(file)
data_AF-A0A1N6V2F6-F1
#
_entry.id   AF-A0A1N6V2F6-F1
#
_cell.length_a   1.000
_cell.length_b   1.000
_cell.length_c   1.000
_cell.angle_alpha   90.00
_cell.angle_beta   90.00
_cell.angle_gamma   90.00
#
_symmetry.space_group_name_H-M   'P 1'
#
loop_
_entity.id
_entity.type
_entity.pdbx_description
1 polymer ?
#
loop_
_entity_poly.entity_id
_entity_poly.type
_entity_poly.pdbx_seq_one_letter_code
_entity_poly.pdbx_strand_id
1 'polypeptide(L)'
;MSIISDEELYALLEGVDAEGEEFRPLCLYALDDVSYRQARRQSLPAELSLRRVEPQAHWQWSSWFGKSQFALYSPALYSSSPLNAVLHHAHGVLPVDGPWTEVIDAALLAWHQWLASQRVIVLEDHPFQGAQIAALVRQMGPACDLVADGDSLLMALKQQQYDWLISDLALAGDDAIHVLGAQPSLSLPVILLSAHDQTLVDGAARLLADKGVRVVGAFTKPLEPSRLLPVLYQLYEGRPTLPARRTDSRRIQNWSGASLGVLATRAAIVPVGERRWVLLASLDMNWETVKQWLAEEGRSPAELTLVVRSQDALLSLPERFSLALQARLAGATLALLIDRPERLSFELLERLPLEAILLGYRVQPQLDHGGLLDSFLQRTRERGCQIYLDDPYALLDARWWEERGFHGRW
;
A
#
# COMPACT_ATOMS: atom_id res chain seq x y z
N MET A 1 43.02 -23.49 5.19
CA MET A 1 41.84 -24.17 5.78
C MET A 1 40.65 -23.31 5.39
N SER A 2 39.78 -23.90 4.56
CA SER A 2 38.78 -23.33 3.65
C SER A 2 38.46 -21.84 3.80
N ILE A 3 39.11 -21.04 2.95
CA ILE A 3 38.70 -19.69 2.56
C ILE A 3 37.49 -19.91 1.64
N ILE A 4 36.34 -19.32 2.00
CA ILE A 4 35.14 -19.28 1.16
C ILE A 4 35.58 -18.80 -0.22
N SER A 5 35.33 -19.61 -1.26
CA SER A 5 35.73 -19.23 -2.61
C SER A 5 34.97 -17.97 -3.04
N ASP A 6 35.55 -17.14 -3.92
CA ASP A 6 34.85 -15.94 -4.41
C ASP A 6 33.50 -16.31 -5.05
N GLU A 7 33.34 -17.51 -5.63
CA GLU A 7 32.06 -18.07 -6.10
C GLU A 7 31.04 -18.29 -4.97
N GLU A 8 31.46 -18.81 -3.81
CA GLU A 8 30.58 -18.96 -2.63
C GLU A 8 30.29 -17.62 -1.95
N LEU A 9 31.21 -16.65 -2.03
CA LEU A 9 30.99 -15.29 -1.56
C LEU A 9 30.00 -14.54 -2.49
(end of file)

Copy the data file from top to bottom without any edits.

data_AF-A0A1N6V2F6-F1
#
_entry.id   AF-A0A1N6V2F6-F1
#
_cell.length_a   1.000
_cell.length_b   1.000
_cell.length_c   1.000
_cell.angle_alpha   90.00
_cell.angle_beta   90.00
_cell.angle_gamma   90.00
#
_symmetry.space_group_name_H-M   'P 1'
#
loop_
_entity.id
_entity.type
_entity.pdbx_description
1 polymer ?
#
loop_
_entity_poly.entity_id
_entity_poly.type
_entity_poly.pdbx_seq_one_letter_code
_entity_poly.pdbx_strand_id
1 'polypeptide(L)'
;MSIISDEELYALLEGVDAEGEEFRPLCLYALDDVSYRQARRQSLPAELSLRRVEPQAHWQWSSWFGKSQFALYSPALYSSSPLNAVLHHAHGVLPVDGPWTEVIDAALLAWHQWLASQRVIVLEDHPFQGAQIAALVRQMGPACDLVADGDSLLMALKQQQYDWLISDLALAGDDAIHVLGAQPSLSLPVILLSAHDQTLVDGAARLLADKGVRVVGAFTKPLEPSRLLPVLYQLYEGRPTLPARRTDSRRIQNWSGASLGVLATRAAIVPVGERRWVLLASLDMNWETVKQWLAEEGRSPAELTLVVRSQDALLSLPERFSLALQARLAGATLALLIDRPERLSFELLERLPLEAILLGYRVQPQLDHGGLLDSFLQRTRERGCQIYLDDPYALLDARWWEERGFHGRW
;
A
#
# COMPACT_ATOMS: atom_id res chain seq x y z
N MET A 1 43.02 -23.49 5.19
CA MET A 1 41.84 -24.17 5.78
C MET A 1 40.65 -23.31 5.39
N SER A 2 39.78 -23.90 4.56
CA SER A 2 38.78 -23.33 3.65
C SER A 2 38.46 -21.84 3.80
N ILE A 3 39.11 -21.04 2.95
CA ILE A 3 38.70 -19.69 2.56
C ILE A 3 37.49 -19.91 1.64
N ILE A 4 36.34 -19.32 2.00
CA ILE A 4 35.14 -19.28 1.16
C ILE A 4 35.58 -18.80 -0.22
N SER A 5 35.33 -19.61 -1.26
CA SER A 5 35.73 -19.23 -2.61
C SER A 5 34.97 -17.97 -3.04
N ASP A 6 35.55 -17.14 -3.92
CA ASP A 6 34.85 -15.94 -4.41
C ASP A 6 33.50 -16.31 -5.05
N GLU A 7 33.34 -17.51 -5.63
CA GLU A 7 32.06 -18.07 -6.10
C GLU A 7 31.04 -18.29 -4.97
N GLU A 8 31.46 -18.81 -3.81
CA GLU A 8 30.58 -18.96 -2.63
C GLU A 8 30.29 -17.62 -1.95
N LEU A 9 31.21 -16.65 -2.03
CA LEU A 9 30.99 -15.29 -1.56
C LEU A 9 30.00 -14.54 -2.49